There is no city in the world like Venice, if only for the simple reason of geography. The city is built not on a broad stretch of land, but on 118 small islands atop a lagoon. About 150 canals run amid and around those islands, including the Grand Canal, which snakes through the city from north to south like a backward “S.” More than 400 bridges connect one island to the next, with vaporetti (public transportation boats) and gondolas cruising all around. The city has been known for its relationship to the water since its earliest days, when it was a major shipping hub on the Mediterranean and its leaders controlled large swaths of inland territory as well.


Marco Polo is perhaps the most famous Venetian trader, known as one of the first westerners to traverse the Silk Road to China. He left Venice in 1271 with his father and uncle, who also were traders, and didn't make it back home until some twenty years later. His book about his travels apparently inspired Christopher Columbus to seek a western route.

Historic Power

While there are records indicating the existence of people in modern-day Venice before the fifth and sixth centuries, it was then that barbarian invasions farther inland caused settlers to flee into the lagoon area that comprises the city today. By the 1100s, Venice was a city-state just like Genoa to the west, a prime trading center on the seafaring route between western Europe and Asia. At the peak of its power in the 1300s, Venice had some 36,000 sailors running as many as 300 ships that could be converted from commercial to wartime uses as needed to defend territory and shipping routes. The city's decline in power began in the 1400s, when explorers discovered new ocean and land routes to Asia as well as the New World.

The French soldier Napoleon Bonaparte conquered Venice and ended its history as a republic in 1797. Austria took control of the land the following year, after Napoleon signed the Treaty of Campo Formio. Control changed hands a few more times until 1866, when Venice, along with the rest of the Veneto region, became part of the new state of Italy.

Tourism as we know it today began in the late 1800s, when the beaches in Venice's Lido section (where the Venice Film Festival takes place) became popular. The city was generally spared from major bombings during World War II, though floods and general neglect have contributed to the continuing demise of many of the city's historic monuments, buildings, and artworks. You may have heard reports that Venice is sinking, a reality that residents began to notice in the mid-1900s as they were forced to move out of first floors and into the upper levels of some homes. The cause of the sinking was underground water pumping that is now prohibited, and by some estimates, the sinking is now under control.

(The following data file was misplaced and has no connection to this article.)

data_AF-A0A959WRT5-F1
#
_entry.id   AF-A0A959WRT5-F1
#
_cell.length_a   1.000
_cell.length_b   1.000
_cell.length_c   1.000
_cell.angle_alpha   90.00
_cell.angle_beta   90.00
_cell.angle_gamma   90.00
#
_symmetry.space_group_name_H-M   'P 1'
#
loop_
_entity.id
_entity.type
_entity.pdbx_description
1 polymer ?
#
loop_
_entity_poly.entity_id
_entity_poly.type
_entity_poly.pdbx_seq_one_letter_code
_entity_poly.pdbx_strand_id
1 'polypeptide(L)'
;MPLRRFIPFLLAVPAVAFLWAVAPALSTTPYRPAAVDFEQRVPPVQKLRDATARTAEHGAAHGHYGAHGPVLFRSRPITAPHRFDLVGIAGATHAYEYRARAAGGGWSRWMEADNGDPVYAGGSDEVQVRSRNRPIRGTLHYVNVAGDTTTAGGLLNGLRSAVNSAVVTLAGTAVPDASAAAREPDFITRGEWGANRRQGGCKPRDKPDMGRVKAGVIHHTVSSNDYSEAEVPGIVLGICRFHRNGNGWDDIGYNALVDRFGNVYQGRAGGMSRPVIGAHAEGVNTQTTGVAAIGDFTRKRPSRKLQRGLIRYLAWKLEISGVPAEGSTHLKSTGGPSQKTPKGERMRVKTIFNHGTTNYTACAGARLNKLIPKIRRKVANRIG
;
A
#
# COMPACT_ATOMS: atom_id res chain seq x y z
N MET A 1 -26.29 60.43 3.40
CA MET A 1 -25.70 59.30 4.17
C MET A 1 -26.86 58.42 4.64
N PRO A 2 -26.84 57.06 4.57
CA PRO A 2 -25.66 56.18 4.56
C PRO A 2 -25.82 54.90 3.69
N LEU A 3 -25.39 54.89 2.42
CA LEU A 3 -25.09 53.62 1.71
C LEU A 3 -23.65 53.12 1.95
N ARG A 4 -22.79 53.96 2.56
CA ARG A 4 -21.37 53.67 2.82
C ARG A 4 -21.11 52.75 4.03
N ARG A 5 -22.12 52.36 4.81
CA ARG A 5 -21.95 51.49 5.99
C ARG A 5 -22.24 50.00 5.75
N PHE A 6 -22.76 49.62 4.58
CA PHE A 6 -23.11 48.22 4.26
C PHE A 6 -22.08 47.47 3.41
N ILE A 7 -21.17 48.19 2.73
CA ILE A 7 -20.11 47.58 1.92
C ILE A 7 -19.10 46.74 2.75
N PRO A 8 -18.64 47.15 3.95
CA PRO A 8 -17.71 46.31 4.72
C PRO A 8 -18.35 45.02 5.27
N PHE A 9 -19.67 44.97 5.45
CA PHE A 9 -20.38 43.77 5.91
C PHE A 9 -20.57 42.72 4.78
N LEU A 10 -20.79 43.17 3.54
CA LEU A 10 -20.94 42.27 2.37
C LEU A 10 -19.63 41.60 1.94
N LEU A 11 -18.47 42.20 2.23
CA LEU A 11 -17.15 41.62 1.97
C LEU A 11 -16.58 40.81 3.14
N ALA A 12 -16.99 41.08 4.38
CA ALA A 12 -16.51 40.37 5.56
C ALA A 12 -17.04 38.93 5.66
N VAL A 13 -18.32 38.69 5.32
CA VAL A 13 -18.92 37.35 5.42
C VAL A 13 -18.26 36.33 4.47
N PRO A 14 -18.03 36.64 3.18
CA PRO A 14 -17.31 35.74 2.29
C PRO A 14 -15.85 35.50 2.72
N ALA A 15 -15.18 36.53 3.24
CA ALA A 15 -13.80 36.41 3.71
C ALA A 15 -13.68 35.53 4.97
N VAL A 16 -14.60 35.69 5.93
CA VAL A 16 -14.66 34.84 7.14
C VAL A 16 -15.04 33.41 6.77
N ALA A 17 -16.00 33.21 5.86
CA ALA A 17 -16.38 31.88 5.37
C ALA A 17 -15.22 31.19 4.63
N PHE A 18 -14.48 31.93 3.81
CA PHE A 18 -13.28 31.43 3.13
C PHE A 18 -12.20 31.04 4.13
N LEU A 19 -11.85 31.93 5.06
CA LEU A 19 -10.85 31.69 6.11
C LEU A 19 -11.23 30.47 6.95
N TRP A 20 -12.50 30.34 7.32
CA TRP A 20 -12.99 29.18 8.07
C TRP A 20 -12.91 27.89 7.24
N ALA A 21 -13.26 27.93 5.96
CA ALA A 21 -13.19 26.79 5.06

How did underground water pumping cause Venice to sink? As industrial companies sucked water out of the aquifer beneath the lagoon on which Venice sits, the soil left behind began to compact, sort of like a sponge that has been squeezed dry. The buildings atop that soil sank down a little at a time until the water pumping stopped.

Modern Perils

Global concerns about climate change and rising sea levels are particularly important to Venice and the tourists who enjoy visiting there, especially as flooding becomes more commonplace. According to the British-based relief organization Venice In Peril (, locations that flooded ten times a year in 1900 now flood as many as sixty times a year. The regular water level in the city is about ten inches higher than it was in 1897, with the constant wear eating away at the bricks at the base of some buildings. Donations are being accepted to help preserve historic sites, and the Italian government contributes regularly to restoration programs.

The Venice Water Authority has a plan for a series of inflatable “gates” that would prevent water from coming into the Venice lagoon from the sea when high water is in the forecast. If you want to watch a video of how this would work, go to and search for “Venice gate” in the website's Nova section.

Touring Tips

Venice is divided into six sections: Cannaregio, Castello, San Marco, Dorsoduro, San Polo, and Santa Croce. Trying to find anything by street number in any of these districts is virtually impossible because the system that Venice uses is unlike any other in the world. Ask a local water taxi driver to take you to the location of your choice, and you'll find it just as easily (if not more easily) than you would by trying to decipher street names and maps.